One thing I have noticed with regard to jobs is that it is not always clear what level a job is and what the responsibilities are given the job description and title. So you may see a job advertised heaps of fancy blurb and big words in the ad but what they are really after is an office junior and the salary reflects that. A similar sounding ad may actually be for a far more senior role and a better salary. So get to know what your skills would command in Oz and apply for those jobs.

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    Guest Lisado

    Hi there

     

    There are always people who are negative, however, the positives outweigh these and yes some people are more fortunate than others.

     

    On a personal note. I love it here. I managed to secure a job in the first week of arrival and have since changed jobs to what is now a senior managerial position for a government body and yes I am on a PR visa! My husband also secured an excellent job in forst 2 weeks of arrival.

     

    They money I am paid is better than the UK but hubby's isnt - but it levies out

     

    The people are accepting of English, etc but we have to understand we ar ein Australia and should abide by rules and regulations of this country and not think we are in Britain. Accept the food and the drinks and the culture and they Australians will accept you.

     

    Embrace the culture. I have been on an Aboriginal Awareness course and had my eyes opened and I urge others to do the same. learn about the country we want to live in.

     

    The whole lifestyle is simply perfect and I can never imagine living elsewhere.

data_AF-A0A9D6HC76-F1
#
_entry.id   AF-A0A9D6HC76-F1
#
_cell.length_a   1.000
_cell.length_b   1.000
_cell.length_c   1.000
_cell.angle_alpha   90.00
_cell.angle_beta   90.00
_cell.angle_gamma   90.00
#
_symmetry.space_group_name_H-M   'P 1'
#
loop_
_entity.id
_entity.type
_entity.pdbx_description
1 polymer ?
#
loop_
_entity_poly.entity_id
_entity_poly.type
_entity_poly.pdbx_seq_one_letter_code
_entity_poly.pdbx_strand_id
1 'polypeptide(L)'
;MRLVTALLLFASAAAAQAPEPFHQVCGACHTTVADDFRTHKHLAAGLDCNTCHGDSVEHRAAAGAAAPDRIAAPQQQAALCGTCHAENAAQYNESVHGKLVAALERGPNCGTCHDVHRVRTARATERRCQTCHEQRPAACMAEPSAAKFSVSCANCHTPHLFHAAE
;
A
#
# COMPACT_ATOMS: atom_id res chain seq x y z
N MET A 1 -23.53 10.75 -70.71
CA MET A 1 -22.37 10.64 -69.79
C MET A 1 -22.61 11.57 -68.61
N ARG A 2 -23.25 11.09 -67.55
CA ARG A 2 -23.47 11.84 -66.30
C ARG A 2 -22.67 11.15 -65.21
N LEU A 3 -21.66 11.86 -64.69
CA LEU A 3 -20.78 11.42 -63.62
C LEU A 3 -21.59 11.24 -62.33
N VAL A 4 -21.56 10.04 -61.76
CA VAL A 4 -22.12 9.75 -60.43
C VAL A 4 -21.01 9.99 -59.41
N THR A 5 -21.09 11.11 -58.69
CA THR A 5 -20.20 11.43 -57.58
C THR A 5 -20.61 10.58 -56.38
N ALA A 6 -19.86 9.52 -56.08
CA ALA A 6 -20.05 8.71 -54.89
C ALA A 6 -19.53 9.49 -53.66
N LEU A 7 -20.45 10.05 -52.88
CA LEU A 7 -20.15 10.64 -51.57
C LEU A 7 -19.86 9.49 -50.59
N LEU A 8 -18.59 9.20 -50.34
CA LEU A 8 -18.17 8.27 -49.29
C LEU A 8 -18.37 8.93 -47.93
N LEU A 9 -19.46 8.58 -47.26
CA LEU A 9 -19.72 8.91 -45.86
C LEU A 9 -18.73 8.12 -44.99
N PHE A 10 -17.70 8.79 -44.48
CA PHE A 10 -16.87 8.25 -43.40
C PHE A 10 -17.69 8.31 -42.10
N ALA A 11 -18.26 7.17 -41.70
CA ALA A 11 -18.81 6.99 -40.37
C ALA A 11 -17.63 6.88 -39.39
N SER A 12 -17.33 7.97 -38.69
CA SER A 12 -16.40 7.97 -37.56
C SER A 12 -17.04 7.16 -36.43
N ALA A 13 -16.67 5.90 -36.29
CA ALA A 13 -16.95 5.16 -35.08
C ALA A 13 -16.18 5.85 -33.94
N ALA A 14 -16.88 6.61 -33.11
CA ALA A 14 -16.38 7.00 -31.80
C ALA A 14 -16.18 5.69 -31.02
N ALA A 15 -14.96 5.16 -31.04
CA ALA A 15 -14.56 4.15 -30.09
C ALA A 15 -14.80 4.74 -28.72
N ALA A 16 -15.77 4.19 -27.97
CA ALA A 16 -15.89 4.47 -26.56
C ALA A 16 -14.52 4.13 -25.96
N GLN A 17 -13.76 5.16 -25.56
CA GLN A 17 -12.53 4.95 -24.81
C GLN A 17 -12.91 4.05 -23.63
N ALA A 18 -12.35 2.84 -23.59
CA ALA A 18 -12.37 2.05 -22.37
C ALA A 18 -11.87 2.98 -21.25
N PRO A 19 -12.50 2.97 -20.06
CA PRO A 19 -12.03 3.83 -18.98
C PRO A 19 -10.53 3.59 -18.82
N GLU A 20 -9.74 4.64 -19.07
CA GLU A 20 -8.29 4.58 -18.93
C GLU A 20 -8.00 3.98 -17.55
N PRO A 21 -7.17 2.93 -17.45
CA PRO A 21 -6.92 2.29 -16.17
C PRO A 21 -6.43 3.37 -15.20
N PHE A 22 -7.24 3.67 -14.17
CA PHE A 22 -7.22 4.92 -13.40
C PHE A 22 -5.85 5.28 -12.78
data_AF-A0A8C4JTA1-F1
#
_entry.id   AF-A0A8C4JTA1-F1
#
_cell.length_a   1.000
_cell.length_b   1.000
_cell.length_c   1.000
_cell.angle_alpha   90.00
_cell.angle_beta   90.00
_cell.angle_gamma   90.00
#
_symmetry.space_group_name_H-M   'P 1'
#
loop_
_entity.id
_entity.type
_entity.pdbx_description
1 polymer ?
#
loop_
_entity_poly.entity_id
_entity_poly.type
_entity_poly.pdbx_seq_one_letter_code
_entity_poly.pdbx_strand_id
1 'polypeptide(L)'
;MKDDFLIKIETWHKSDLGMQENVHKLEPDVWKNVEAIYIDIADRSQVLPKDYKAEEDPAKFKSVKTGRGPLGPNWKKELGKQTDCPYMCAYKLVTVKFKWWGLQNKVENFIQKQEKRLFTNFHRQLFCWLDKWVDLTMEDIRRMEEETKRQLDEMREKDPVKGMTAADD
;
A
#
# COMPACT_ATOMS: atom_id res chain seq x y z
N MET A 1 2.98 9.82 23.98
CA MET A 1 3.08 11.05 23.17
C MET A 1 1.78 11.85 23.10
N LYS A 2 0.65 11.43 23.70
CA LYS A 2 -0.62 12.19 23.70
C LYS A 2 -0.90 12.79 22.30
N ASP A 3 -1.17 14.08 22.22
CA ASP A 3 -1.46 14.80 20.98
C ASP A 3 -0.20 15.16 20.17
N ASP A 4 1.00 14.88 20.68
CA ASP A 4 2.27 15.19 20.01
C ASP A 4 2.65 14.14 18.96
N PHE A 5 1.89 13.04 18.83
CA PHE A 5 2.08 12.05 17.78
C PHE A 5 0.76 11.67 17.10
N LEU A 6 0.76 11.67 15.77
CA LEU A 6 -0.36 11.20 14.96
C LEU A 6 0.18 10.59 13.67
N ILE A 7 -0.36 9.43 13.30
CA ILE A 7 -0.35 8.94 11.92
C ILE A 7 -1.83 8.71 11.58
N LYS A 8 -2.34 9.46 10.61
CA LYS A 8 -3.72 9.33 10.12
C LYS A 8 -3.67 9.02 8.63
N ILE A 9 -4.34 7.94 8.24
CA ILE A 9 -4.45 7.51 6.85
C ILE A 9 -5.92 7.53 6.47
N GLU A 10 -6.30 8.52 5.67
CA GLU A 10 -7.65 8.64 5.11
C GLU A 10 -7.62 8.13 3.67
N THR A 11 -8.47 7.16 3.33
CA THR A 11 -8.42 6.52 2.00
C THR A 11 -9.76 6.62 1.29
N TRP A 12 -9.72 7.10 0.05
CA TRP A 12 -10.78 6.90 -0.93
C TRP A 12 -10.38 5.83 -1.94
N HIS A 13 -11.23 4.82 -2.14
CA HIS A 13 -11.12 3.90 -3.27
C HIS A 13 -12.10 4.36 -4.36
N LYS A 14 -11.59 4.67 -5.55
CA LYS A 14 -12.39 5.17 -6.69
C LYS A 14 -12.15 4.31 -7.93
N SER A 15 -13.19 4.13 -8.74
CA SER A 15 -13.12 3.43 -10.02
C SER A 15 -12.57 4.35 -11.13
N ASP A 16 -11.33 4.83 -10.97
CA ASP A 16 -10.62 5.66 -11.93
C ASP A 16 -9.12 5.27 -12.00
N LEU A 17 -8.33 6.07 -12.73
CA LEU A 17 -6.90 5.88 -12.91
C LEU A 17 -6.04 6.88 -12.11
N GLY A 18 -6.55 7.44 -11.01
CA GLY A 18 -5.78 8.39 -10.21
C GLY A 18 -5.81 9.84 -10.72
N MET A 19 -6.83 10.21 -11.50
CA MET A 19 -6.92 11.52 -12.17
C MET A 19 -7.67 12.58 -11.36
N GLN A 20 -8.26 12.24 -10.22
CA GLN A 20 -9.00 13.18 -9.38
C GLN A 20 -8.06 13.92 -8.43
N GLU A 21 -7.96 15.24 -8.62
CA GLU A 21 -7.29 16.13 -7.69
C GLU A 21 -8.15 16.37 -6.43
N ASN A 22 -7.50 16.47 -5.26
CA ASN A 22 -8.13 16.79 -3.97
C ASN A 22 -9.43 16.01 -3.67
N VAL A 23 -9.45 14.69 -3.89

Go with what you think and not others and at the end of the day its you who makes your own way in life not people on a forum

     

    Good Luck, Lisa

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    Hi Paula

     

    I too was getting fed up of reading all the negative posts and worried about bringing my wife and two teenage sons over. Fast forward almost two years and I sooo regret not having made the move sooner.

     

    Yes some things are more expensive but some things are a hell of a lot cheaper also. It's funny how some people only comment on the negative things, "whinging poms anyone?"

     

    The quality of life is also far better than what we had at home. Walks on the beaches, great views, not worrying when the kids are out and about in town on a night. In fact, we hardly every see the boys as they are out playing sports and with their many mates most nights and at weekends. Another bonus! (Only kidding boys).

     

    We love it that much, and I speak for all the family here, that we sometimes feel guilty about not missing our friends and family as much as we feel we should do. I know that other people out here are tearing themselves in half, such is the pain of missing their family and friends, and that is the point. We can give as many positives (or negatives) as we like on here, but only you will know at the end of the day as to whether you have made the correct choice.